Driving and Alzheimer's disease: The risk of crashes

    loading  Checking for direct PDF access through Ovid

Abstract

Article abstract

We designed this questionnaire-based study to determine the risk of auto crashes among Alzheimer's disease (AD) patients who continued to drive after the onset of AD, compared with normal age-matched control subjects and other drivers' statistical records. While ultimately all AD patients will become incapable of driving, it is not known whether, under current licensing regulations and self-imposed limitations, patients with AD present a definably increased risk of being involved in crashes, and if so, the relative magnitude of the risk and at what point in the course of the disease the risk may become significantly increased. We administered a brief questionnaire to the caregivers of 130 AD patients and to 112 age-matched, nondemented control subjects and their spouses. Annual rates of occurrence and severity of all crashes, and of crashes reported to the authorities, were determined from spousal or other caregiver responses. For all years of driving following the onset of dementia, AD patients had a mean of 0.091 reported crashes per year compared with matched controls, who had an average of 0.040 reported crashes per year in the same period of time. The average number of crashes per year changed with each year of driving following the onset of AD, with considerably lower reported crash rates during the initial years of dementia: in year 1, the crash rate was 0.068; in year 2, 0.097; in year 3, 0.093; in year 4, 0.159; in year 5 and beyond, 0.129. For comparison, registered drivers of all ages have an average of 0.067 reported crashes per year, registered drivers 65 years and older have an average of 0.037 reported crashes per year, while registered 16- to 24-year-old males have an average of 0.148 reported crashes per year. We conclude that (1) the existing evidence suggests that AD patients who drive present a slightly increased risk for crashes compared with drivers of all ages but a lower risk than young unimpaired drivers, especially males. (2) During the first 2 to 3 years after the onset of AD, the magnitude of risk of crashes is well within the accepted risk for other registered drivers. (3) There is marked variability in the degree of disability due to AD and its rate of progression. Because of this, direct tests of driving competence—rather than the diagnosis of AD per se—should be considered as the criterion for continued licensure to drive, with sufficiently frequent retesting to anticipate the expected decline over years.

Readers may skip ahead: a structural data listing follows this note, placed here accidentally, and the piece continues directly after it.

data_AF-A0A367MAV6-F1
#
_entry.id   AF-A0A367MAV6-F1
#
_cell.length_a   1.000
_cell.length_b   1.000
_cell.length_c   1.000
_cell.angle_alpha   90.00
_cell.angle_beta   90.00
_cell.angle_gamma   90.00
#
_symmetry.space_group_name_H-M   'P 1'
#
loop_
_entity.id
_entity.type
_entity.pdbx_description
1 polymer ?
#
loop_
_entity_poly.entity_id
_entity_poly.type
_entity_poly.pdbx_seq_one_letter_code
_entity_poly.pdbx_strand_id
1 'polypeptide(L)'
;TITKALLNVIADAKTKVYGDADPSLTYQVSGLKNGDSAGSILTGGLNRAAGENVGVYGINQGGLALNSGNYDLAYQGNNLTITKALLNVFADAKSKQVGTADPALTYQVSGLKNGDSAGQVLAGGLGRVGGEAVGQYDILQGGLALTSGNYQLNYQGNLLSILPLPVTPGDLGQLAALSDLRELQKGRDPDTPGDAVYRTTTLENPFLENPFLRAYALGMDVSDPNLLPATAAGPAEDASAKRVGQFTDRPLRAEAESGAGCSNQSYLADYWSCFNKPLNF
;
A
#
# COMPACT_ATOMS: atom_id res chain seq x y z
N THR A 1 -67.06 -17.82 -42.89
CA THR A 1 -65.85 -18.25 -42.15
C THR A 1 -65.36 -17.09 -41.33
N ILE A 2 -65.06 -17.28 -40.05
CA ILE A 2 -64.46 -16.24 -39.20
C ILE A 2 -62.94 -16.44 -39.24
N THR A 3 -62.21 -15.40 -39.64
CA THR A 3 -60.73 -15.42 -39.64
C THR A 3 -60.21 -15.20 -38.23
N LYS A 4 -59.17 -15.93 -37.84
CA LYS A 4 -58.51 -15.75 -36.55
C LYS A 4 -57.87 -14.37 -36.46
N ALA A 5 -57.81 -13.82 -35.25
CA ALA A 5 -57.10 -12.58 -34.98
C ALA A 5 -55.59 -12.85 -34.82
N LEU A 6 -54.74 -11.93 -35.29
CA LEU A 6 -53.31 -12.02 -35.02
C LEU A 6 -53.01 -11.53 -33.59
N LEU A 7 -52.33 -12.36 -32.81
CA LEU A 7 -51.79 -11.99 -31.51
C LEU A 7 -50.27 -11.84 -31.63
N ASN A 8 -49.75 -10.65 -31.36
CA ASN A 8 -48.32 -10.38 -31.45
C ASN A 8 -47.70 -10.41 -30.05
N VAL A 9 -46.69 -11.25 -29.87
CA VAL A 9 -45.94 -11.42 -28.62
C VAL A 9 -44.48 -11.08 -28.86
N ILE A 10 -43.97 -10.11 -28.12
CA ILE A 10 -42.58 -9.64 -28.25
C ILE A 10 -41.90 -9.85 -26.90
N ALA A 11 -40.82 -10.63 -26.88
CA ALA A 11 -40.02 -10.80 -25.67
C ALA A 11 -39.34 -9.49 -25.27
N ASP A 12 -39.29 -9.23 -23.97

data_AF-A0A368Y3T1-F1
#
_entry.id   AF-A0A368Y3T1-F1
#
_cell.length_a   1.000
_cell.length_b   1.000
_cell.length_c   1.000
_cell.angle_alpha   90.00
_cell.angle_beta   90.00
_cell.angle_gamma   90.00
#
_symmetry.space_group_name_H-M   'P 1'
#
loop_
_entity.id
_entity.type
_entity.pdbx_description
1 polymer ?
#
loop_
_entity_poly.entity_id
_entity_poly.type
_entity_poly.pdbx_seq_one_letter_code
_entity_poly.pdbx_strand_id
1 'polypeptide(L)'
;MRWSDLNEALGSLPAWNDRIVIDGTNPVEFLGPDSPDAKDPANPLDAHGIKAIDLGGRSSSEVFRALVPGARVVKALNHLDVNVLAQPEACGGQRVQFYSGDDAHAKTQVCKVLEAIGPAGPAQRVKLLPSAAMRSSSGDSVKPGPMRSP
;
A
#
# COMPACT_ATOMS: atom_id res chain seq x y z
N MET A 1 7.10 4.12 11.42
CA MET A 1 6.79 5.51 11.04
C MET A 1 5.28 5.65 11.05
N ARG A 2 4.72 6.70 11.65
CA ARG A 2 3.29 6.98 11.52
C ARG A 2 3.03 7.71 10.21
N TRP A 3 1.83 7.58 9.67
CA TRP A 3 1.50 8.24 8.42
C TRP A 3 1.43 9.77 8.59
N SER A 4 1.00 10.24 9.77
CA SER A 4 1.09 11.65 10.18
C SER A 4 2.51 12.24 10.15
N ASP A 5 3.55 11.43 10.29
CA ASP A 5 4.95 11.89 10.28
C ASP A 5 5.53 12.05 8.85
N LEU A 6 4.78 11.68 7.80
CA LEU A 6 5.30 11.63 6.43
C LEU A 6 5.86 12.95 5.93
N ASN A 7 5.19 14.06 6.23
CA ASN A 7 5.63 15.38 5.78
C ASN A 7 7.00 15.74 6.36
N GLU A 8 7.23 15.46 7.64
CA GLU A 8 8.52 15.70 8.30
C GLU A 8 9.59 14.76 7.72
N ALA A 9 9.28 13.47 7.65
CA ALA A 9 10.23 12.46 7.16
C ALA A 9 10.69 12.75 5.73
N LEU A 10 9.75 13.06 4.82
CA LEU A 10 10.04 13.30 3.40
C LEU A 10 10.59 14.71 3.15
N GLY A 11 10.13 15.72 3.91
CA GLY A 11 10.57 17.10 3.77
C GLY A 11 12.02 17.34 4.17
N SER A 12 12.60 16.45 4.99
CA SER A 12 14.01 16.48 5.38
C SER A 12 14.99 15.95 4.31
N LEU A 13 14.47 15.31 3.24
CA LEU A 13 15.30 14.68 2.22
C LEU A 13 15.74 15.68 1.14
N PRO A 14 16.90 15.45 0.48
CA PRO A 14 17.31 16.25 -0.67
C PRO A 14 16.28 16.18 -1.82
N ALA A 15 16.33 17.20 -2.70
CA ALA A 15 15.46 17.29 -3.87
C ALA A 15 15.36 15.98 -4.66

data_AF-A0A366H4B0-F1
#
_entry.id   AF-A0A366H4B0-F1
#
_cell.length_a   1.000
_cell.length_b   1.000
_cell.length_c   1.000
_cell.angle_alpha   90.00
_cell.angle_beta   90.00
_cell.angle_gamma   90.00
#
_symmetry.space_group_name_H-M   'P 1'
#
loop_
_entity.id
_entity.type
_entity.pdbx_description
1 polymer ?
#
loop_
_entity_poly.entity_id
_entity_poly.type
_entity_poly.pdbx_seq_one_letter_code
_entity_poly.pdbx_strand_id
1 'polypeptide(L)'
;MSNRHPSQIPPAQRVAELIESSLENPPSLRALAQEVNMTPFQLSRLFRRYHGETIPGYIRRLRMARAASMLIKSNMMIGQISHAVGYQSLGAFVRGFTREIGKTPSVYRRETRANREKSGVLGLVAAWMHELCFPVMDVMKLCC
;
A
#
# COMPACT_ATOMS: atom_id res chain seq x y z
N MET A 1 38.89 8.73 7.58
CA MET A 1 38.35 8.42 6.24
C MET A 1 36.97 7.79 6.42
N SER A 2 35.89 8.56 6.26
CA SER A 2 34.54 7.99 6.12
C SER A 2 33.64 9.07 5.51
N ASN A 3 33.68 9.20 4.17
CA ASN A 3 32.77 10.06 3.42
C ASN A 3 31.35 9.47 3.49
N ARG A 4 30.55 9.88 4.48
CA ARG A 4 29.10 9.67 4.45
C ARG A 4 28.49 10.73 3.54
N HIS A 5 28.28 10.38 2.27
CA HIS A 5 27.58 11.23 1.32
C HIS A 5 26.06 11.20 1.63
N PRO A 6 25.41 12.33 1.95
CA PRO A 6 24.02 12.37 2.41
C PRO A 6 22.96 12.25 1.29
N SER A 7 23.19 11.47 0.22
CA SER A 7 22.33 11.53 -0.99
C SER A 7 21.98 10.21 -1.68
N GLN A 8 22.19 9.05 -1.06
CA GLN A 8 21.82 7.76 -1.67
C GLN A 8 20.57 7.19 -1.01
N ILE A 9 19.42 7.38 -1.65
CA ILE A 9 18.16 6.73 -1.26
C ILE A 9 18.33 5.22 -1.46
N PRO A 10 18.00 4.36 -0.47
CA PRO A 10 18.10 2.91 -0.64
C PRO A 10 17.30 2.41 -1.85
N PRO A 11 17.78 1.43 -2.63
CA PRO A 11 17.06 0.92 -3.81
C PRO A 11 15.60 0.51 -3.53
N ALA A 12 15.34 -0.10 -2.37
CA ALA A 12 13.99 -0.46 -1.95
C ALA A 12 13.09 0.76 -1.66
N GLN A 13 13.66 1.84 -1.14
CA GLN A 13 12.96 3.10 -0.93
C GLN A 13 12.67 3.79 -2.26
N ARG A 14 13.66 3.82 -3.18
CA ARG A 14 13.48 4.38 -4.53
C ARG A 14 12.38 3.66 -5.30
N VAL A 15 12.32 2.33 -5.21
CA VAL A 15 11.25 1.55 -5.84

Related Topics

    loading  Loading Related Articles